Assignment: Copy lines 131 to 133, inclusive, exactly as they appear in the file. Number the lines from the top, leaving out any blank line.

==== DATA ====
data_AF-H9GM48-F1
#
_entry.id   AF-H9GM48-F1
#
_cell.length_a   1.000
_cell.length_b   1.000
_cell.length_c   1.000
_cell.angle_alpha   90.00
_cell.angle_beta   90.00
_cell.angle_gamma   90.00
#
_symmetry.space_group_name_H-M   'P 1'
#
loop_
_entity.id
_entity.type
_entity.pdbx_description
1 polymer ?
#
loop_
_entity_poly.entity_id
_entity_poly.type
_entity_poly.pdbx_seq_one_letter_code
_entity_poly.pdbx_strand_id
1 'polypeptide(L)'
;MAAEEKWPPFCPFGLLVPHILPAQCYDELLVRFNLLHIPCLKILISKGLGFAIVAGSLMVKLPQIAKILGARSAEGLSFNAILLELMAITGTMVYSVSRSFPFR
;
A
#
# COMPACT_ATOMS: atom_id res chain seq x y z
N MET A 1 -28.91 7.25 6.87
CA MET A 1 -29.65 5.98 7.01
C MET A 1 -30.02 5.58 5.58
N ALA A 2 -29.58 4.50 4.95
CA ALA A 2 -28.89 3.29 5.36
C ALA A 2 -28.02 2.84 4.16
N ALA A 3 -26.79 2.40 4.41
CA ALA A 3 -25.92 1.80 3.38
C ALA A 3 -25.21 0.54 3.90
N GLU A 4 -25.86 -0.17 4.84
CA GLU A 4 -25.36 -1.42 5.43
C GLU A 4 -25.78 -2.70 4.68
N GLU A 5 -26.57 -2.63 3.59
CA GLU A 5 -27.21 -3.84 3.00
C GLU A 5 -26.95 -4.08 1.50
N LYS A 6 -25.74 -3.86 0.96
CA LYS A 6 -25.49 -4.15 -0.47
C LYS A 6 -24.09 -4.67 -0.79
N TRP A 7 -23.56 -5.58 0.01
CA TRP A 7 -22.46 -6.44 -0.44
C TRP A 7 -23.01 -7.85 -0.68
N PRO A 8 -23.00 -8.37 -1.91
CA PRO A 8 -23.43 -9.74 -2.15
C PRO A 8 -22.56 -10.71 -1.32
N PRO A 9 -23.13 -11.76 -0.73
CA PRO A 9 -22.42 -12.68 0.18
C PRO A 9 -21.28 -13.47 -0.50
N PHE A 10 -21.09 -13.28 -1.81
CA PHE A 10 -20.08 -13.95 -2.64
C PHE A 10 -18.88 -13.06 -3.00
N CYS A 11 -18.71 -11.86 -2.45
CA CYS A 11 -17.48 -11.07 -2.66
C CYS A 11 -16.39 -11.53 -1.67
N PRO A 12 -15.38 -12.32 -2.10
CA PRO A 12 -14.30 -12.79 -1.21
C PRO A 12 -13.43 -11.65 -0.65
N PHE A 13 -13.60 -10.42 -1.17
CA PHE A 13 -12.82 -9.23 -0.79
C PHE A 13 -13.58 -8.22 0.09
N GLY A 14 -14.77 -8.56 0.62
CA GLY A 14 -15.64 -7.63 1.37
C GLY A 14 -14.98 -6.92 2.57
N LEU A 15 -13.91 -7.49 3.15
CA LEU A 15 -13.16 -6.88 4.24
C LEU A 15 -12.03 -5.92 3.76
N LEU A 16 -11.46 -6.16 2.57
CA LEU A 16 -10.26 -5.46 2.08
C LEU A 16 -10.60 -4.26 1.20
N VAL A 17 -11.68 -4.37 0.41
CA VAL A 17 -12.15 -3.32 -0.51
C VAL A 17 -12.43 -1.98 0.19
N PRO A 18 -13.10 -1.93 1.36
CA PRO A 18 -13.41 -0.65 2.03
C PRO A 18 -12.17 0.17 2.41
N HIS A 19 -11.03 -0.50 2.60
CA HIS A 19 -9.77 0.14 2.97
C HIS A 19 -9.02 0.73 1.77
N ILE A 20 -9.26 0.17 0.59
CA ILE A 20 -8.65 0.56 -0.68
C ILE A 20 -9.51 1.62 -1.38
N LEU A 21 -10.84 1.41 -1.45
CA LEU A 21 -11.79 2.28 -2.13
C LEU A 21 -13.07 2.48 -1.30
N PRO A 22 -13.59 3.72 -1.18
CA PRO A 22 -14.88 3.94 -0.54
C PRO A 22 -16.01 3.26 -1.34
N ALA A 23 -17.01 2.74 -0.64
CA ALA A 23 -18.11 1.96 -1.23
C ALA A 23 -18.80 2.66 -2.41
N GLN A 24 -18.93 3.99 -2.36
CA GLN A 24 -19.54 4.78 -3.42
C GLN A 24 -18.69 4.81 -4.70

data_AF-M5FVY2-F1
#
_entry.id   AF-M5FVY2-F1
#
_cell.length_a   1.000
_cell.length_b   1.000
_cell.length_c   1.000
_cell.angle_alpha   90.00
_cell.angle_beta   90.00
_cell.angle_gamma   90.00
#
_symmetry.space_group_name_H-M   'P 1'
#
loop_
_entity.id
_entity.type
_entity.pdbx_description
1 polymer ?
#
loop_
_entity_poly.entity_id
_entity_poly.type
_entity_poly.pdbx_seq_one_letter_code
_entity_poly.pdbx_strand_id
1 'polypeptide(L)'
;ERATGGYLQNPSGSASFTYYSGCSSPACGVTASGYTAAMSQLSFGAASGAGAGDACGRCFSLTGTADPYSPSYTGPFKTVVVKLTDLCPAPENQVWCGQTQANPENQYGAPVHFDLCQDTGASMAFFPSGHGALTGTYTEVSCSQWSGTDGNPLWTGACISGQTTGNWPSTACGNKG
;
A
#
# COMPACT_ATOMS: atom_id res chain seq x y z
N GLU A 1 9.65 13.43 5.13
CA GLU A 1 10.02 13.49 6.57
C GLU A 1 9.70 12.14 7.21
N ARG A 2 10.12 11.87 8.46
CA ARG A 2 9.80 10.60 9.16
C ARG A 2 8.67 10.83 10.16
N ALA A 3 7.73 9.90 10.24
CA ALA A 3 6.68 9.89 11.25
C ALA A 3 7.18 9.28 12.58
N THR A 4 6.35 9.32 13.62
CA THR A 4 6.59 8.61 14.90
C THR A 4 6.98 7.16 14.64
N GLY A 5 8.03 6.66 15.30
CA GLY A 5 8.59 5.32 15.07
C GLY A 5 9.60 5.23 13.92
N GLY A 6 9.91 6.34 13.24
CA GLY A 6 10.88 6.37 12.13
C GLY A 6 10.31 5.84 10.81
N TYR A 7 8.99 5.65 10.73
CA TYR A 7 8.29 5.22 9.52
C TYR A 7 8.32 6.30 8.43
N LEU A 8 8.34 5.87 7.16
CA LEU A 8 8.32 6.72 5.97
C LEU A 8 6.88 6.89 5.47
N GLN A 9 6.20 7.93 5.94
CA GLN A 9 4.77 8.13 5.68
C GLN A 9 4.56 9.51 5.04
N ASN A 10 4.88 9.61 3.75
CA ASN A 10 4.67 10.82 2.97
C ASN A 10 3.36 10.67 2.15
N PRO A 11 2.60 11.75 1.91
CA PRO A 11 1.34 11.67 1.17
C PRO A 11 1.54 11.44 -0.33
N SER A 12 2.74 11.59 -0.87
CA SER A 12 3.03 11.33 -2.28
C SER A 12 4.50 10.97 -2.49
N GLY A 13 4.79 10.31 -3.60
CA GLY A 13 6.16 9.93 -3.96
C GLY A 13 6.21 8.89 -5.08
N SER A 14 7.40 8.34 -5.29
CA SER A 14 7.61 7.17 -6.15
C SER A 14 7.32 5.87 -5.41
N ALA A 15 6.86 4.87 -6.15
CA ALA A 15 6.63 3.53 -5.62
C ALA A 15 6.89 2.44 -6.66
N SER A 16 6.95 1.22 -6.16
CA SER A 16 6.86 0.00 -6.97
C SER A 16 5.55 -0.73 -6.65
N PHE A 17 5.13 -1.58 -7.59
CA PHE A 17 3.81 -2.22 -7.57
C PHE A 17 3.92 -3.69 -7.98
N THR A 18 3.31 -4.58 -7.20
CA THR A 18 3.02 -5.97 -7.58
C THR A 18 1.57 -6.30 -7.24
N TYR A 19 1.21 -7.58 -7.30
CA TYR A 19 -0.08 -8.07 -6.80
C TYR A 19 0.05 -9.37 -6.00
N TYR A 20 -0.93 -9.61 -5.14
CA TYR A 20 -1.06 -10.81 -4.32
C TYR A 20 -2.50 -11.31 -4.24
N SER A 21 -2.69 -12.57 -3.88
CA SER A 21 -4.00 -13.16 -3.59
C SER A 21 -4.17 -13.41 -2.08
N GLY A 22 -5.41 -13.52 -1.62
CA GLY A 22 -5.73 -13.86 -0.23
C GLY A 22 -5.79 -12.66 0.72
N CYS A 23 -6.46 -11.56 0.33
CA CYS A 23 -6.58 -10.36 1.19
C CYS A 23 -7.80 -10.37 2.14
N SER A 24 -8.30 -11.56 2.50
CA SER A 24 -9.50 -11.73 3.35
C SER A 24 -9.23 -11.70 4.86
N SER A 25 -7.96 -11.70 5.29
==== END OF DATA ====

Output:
#
# COMPACT_ATOMS: atom_id res chain seq x y z
N GLU A 1 9.65 13.43 5.13